It also contains a career ladder that rewards teachers for leadership activities outside the classroom. The ladder is based on a model the association initially rejected.
Sasse called the contract's length historic and said he could not remember any contract covering so many years.
"So it will be interesting what will happen with a three-year contract. It puts us out of touch somewhat with what will happen in that period of time, but time will tell," Sasse said.
Board member Edward Forrest said while he commended the work of both parties in reaching an agreement, he is "very disappointed in the process."
The board voted unanimously to accept the deal.
Forrest said in a statement to the board he believed the process, which began last November, was too time consuming and costly, and he suggested the parties explore ways to streamline negotiations.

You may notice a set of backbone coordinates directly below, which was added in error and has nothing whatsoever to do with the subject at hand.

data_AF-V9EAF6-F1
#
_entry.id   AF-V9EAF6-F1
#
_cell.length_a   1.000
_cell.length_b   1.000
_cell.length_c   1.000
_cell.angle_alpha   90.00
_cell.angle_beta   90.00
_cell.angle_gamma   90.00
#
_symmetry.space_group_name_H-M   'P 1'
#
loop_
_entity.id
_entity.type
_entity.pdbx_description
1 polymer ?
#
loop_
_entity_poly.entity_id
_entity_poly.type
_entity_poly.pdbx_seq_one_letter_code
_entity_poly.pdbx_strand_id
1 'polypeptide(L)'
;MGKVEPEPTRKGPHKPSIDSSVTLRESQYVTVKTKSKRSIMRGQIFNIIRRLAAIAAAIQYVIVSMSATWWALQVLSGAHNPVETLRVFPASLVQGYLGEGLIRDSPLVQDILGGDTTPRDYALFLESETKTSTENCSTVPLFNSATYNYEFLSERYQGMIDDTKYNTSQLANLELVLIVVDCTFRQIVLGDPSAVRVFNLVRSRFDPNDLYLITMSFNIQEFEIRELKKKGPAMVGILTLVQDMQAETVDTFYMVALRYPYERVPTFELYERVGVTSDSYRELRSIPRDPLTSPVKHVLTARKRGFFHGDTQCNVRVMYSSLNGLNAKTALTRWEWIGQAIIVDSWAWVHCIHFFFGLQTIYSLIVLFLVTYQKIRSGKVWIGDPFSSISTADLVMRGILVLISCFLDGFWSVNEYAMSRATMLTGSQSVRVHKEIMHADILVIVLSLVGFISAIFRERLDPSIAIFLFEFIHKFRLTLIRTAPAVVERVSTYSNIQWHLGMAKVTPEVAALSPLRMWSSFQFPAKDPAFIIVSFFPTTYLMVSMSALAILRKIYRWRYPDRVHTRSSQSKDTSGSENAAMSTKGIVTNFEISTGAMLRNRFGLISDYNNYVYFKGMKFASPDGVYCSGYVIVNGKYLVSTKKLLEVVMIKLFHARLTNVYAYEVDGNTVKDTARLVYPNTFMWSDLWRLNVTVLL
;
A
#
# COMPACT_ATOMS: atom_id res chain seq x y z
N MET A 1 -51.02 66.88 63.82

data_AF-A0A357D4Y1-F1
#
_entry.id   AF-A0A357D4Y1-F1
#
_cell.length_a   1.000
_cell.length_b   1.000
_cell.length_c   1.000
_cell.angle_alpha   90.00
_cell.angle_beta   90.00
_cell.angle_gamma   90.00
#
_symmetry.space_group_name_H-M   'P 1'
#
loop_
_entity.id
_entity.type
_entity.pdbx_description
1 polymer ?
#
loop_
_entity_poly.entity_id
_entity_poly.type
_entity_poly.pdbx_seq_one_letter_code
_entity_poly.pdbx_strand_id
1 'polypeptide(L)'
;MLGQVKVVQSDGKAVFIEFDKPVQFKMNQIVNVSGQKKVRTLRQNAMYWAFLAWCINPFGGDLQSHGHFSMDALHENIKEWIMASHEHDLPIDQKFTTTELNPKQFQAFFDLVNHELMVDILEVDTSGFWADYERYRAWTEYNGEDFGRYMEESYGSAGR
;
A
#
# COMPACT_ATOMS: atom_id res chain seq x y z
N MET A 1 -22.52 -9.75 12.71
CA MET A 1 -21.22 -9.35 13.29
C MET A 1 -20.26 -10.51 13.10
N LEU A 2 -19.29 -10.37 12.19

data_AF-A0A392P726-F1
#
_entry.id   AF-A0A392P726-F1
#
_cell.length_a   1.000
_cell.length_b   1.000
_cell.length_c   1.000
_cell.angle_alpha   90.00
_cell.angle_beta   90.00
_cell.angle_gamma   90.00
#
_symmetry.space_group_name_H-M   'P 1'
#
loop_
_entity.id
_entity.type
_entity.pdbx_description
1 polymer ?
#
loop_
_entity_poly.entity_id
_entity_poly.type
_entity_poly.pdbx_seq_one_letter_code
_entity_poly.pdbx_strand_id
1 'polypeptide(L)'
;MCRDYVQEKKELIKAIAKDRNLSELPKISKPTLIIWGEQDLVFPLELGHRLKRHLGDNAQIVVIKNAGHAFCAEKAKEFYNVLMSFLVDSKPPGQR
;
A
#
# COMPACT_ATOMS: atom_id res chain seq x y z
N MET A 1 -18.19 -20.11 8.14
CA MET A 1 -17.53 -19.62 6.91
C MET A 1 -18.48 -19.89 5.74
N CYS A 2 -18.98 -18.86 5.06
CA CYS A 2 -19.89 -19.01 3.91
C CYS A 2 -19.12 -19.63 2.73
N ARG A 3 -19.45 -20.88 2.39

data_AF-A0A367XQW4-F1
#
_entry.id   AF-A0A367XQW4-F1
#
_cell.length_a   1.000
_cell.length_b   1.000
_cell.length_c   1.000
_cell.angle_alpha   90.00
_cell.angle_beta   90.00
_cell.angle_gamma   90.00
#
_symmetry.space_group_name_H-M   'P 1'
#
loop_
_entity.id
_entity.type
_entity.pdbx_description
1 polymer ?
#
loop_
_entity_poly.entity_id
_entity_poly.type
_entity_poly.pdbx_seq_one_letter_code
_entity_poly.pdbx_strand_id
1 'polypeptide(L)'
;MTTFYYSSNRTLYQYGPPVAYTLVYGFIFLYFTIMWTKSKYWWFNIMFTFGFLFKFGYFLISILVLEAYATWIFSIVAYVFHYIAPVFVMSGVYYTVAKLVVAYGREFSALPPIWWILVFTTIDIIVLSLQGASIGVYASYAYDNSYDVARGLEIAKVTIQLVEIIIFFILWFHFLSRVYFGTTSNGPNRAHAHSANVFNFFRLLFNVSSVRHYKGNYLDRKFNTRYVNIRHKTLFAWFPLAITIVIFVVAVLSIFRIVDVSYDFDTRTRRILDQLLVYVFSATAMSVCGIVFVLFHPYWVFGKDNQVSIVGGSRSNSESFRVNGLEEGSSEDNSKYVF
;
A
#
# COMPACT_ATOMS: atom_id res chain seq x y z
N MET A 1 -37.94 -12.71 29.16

Talks seemed close to collapse in May, when Sasse said he worried negotiations were dead.
The association protested the board's proposals for a career ladder, which would have provided teachers the opportunity to climb the pay scale by taking on extra leadership jobs.
The new contract would allow teachers to collect extra-duty pay for certain jobs. Other roles would give teachers points toward one-time bonuses.
The program, which will be reviewed by a committee of teachers and administrators, so far includes compensation for such duties as teaching Advanced Placement classes, mentoring new teachers and teaching classes subject to state assessments.
Forrest said Tuesday he was disappointed the association had decided to make its complaints public during negotiations.
At the end of the meeting, board member Wayne Ridenour called Forrest's comments "counterproductive," as the parties move forward with a new contract.